I’m always on the lookout for math experiences that engage students’ interest and curiosity, encourage them to persevere when solving problems, and are accessible to students with a wide range of abilities. Solving KenKen puzzles does all three. After getting hooked on solving them myself, I explored their classroom potential, and I’ve been pleased with the results.
At first glance, KenKen puzzles look like Suduko puzzles—you fill a grid with numbers. Both are logic puzzles, but KenKen puzzles have the instructional benefit of providing practice with basic facts. Plus Ken Ken puzzles are ideal for differentiating instruction. Now I’m hooked, not only on solving KenKen puzzles, but on using them with elementary and middle school students.
KenKen Puzzles Come in Different Sizes
In KenKen puzzles, the numbers you’re allowed to write to fill the grid depend on the size of the grid. If the puzzle is a 3-by-3 grid, you can use only the numbers 1, 2, and 3. If the puzzle is a 4-by-4 grid, you use the numbers 1, 2, 3, and 4. For a 5-by-5 puzzle, you use the numbers 1, 2, 3, 4, and, 5. And so on.
Getting Started in the Classroom
In the classroom, I post a puzzle for everyone to see. I choose an easy puzzle for a first experience. After I give some instruction about the Basic Rule and how to use the Number Clues (see below), I have students come up, fill in numbers, and explain their reasoning. Here’s a 4-by-4 KenKen puzzle that involves only addition. (The KenKen website directs you to puzzles of all levels.)
I explain the Basic Rule: When you write numbers in a KenKen puzzle, make sure that you don’t repeat a number in any row going across or in any column going down. (The good news is that you don’t have to worry about the numbers on the diagonals, only about the numbers in the rows and columns.) You complete the 4-by-4 puzzle above by writing the numbers 1, 2, 3, and 4 in each row and column.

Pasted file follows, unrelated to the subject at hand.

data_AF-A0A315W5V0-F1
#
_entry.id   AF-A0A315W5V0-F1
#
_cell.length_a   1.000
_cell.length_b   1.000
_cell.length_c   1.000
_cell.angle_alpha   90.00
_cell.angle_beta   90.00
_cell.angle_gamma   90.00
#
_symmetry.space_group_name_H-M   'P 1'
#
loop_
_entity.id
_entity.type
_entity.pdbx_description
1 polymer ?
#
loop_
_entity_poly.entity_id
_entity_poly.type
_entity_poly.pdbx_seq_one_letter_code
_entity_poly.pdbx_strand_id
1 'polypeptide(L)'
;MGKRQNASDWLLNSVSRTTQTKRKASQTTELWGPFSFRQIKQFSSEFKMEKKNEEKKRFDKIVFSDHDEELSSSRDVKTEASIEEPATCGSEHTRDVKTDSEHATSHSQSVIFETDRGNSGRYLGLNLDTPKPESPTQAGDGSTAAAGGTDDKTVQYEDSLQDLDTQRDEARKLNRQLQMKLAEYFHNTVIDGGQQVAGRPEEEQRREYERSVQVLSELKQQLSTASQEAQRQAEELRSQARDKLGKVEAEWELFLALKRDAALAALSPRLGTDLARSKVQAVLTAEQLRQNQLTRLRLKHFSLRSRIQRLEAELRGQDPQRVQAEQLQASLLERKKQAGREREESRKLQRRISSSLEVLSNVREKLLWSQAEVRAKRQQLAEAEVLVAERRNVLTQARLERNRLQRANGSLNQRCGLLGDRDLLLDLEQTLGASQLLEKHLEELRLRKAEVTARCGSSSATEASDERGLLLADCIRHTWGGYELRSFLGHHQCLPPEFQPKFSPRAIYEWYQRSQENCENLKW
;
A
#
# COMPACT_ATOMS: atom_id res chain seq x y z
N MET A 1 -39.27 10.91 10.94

I also explain how to use the Number Clues to figure out where to write numbers, and this is where practice with basic facts comes in: Each area in the puzzle that’s outlined with dark lines is called a cage. There are eight cages in the puzzle above, each with a number written in the upper left corner. These are the Number Clues.
Outlined one-box cages are freebies, and the Number Clue is the number to write in that box. But when an outlined cage has more than one box, there’s also an operation sign after the number. The numbers you put in those boxes have to produce the answer that’s the Number Clue.
Since this is an addition puzzle, there’s a plus sign after all of the other numbers. For example, the cage in the upper left has two boxes and “5+” in it. That means you can fill those two boxes either with 1 and 4, or 2 and 3. Deciding which addends to use and in which boxes to write them is the challenge.
Try solving the puzzle.
From a Third Grade Class
As students seem ready, I introduce more difficult KenKen puzzles. Here’s a 5-by-5 puzzle that involves multiplication and division. I presented this puzzle to a third grade class. (The puzzle is a screen shot from one of the videos below, so it’s a bit fuzzy and the division symbols look sort of like plus signs. But there aren’t any plus signs in this puzzle, only times and division signs.)
For this puzzle, watch the video clips of the first three students I called on enter numbers and explain.
We continued until the puzzle was complete. Then, as a class, we checked our results. I posted suggestions for students to refer to, encouraging students to do a three-part check when they think they’ve solved a KenKen puzzle.
Note: For a 3-by-3 KenKen puzzle, the numbers in each row and column add up to 6; for a 4-by-4 puzzle, they add up to 10; for a 5-by-5 puzzle, they add up to 15; for a 6-by-6 puzzle, they add up to 21.
A Final Note
I’ve found that some students like to work on KenKen puzzles on their own, while others prefer to collaborate with a partner. I let them choose which they’d rather do. Also, puzzles are ideal for sending home so students can teach their families how to solve them.